Tonight I took a little time in the workshop. Right before dinner I ran down and glued up two more of the small blocks into one large block. After dinner and some TV I went down and cleaned the glue squeeze out off it. I was disappointed. I did better on the first one. The second small block glue up had a lot more squeeze out and I didn't perfectly align the two blocks. One side lined up quite nice, the other was off by about 3/32 of an inch. Not horrible but I was hoping for better. I'm going to have to do better when I glue up the three pieces into a full top.
While waiting for that glue up to dry I decided to build my temporary Planer stand.
This was a quick and dirty build. I took some rough measurements and decided that a 24 x 24 inch top about 32 1/2 inch tall stand would work out. My scrap 2x4 happened to be 32 inches long so I left them as is for the legs. I cut a couple of other pieces of scrap and stretched them across the top using some 2 1/2" wood screws to fasten the rail to the top of the legs. After making two leg pairs I tied them together with some more 2x4 scrap.
I threw a lot of screws into it but as probably everybody reading this is thinking, it was a little wobbly. As it would cost me around $600 to replace my planer I really didn't want to trust it to the new stand yet. I grabbed a piece of pine construction grade plywood and ripped it into four 2" wide strips. I screwed these at an angle across each pair of legs. I found a piece of MDF that was not quite large enough to cover the entire stand but was big enough to hold up the planer. I screwed that to the top of the stand with some 1 5/8 inch deck screws.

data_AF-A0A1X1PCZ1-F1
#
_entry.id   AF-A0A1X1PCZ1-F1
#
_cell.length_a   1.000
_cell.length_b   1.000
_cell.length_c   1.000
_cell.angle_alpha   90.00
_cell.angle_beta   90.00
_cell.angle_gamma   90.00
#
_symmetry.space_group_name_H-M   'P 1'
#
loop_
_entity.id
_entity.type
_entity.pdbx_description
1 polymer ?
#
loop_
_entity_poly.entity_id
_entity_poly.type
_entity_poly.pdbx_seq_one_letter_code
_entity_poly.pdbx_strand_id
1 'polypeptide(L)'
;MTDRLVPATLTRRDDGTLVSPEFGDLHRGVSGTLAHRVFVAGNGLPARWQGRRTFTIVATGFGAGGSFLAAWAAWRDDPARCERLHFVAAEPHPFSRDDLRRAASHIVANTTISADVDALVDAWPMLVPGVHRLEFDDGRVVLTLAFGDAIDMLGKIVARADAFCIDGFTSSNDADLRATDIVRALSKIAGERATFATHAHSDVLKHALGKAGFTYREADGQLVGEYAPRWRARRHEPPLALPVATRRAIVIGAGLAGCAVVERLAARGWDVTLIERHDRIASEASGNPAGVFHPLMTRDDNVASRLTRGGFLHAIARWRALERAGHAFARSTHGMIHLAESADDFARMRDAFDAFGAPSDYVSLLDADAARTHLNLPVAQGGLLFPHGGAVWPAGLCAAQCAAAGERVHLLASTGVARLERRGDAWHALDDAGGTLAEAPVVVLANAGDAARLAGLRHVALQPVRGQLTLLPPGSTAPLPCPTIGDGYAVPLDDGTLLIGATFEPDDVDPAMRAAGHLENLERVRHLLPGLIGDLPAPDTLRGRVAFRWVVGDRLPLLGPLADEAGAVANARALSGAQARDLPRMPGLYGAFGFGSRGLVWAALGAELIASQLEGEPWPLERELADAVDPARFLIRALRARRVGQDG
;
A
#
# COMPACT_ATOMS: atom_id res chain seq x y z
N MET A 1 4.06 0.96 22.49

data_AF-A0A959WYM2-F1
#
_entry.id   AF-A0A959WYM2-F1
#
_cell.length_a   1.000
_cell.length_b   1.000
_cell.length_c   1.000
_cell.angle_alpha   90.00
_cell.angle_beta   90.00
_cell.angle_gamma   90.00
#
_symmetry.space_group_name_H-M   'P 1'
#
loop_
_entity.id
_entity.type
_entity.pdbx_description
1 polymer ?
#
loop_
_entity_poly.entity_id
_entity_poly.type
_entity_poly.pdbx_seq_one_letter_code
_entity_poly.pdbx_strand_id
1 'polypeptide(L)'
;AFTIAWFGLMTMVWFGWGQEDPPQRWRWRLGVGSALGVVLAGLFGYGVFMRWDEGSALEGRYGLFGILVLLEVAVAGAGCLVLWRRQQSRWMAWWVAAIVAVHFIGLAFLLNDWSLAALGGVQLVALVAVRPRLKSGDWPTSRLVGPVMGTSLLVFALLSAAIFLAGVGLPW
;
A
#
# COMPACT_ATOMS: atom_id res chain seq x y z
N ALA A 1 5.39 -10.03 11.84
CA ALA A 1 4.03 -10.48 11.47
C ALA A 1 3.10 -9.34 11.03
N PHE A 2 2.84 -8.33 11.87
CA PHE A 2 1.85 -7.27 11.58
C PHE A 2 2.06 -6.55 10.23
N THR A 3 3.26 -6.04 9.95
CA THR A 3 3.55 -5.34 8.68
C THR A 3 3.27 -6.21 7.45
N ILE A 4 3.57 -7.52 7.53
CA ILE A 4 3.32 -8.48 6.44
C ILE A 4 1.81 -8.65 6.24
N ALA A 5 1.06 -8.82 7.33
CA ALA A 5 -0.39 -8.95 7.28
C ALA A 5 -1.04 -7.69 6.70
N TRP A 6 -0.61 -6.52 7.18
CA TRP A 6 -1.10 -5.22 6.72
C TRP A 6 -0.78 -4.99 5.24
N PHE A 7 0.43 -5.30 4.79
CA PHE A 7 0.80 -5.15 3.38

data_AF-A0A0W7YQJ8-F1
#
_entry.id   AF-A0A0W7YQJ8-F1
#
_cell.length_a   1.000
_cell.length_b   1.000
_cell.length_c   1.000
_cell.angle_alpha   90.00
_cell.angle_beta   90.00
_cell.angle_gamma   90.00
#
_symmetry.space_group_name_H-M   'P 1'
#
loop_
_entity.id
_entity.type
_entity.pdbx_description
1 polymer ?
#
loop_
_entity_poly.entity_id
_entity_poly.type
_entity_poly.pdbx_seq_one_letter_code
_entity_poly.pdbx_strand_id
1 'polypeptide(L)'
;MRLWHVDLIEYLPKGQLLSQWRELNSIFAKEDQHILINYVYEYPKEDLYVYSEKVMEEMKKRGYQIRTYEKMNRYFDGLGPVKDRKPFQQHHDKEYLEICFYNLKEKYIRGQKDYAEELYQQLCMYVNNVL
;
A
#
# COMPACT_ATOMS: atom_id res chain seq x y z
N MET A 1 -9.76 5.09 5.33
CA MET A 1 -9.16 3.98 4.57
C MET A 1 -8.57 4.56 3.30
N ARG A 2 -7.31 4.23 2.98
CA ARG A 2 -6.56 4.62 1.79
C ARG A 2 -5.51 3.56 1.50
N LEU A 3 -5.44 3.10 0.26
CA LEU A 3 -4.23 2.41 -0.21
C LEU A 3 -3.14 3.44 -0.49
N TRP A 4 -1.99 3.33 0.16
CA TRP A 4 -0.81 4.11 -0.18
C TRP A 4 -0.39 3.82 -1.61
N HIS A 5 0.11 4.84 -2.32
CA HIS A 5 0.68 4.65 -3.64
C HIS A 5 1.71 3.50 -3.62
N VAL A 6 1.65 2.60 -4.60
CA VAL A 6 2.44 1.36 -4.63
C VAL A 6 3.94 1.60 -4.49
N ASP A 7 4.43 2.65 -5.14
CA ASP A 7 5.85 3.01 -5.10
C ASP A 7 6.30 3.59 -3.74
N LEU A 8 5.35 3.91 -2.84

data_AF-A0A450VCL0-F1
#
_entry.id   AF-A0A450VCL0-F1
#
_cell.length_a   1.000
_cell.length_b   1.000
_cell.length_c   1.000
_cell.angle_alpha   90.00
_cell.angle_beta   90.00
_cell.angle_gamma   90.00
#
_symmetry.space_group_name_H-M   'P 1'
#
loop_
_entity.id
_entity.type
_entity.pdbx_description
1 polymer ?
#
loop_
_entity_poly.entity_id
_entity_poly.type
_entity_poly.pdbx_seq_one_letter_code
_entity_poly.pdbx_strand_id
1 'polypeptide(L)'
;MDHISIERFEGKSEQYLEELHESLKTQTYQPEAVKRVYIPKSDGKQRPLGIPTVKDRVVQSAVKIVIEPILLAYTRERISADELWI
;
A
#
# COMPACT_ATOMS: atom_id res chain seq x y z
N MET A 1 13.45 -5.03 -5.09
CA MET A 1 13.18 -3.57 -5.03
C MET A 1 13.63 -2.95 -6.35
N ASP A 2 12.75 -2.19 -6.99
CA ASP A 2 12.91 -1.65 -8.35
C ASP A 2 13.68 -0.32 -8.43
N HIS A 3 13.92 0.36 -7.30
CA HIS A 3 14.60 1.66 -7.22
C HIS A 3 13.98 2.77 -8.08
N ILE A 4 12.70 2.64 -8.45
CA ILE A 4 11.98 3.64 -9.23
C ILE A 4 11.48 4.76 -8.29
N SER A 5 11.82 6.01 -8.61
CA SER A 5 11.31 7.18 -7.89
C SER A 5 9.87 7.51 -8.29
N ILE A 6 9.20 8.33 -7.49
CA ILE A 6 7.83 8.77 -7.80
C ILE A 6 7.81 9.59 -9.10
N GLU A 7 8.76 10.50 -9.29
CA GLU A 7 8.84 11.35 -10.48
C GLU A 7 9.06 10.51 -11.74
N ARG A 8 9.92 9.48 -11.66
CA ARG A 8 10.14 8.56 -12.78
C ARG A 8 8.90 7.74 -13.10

After adding the gussets and the top the stand was super solid. I don't think I'd get on top and dance on it but I did lay my weight across the top and it didn't wiggle. Good enough to hold up my planer anyway.
The temporary stand lowers the planer so that I can use my table saw outfeed table as a staging area / infeed table. The out feed would be my table saw but my shop floor is so uneven that the table saw is about an inch short and the infeed table is just perfect.
I ran my first large block through as a proof of concept. I can only take very small bites but it does work. I thought I needed the back of the large block levered up; however, I actually needed to remove it for the block to be at the right orientation to go through the planer.
Next time I get into my shop I need to plane the bottoms of the two large blocks and my final small block then a cleanup pass across the tops, then they all get glued up into one large top.
I did try to use my new sliding miter saw to create half laps of the 2x4s. It didn't work as well as I wanted. I think there must be another adjustment I need to make in the saw. Or maybe I need to offset the work from the fence. Anyway, the blade didn't cut all the way to the back of the 2x4 leaving a curved ramp in the back. Since I don't have infeed support on the left of the blade it was also feeling very awkward and unsafe. I ended up just cutting off that test piece and face screwed all the pieces.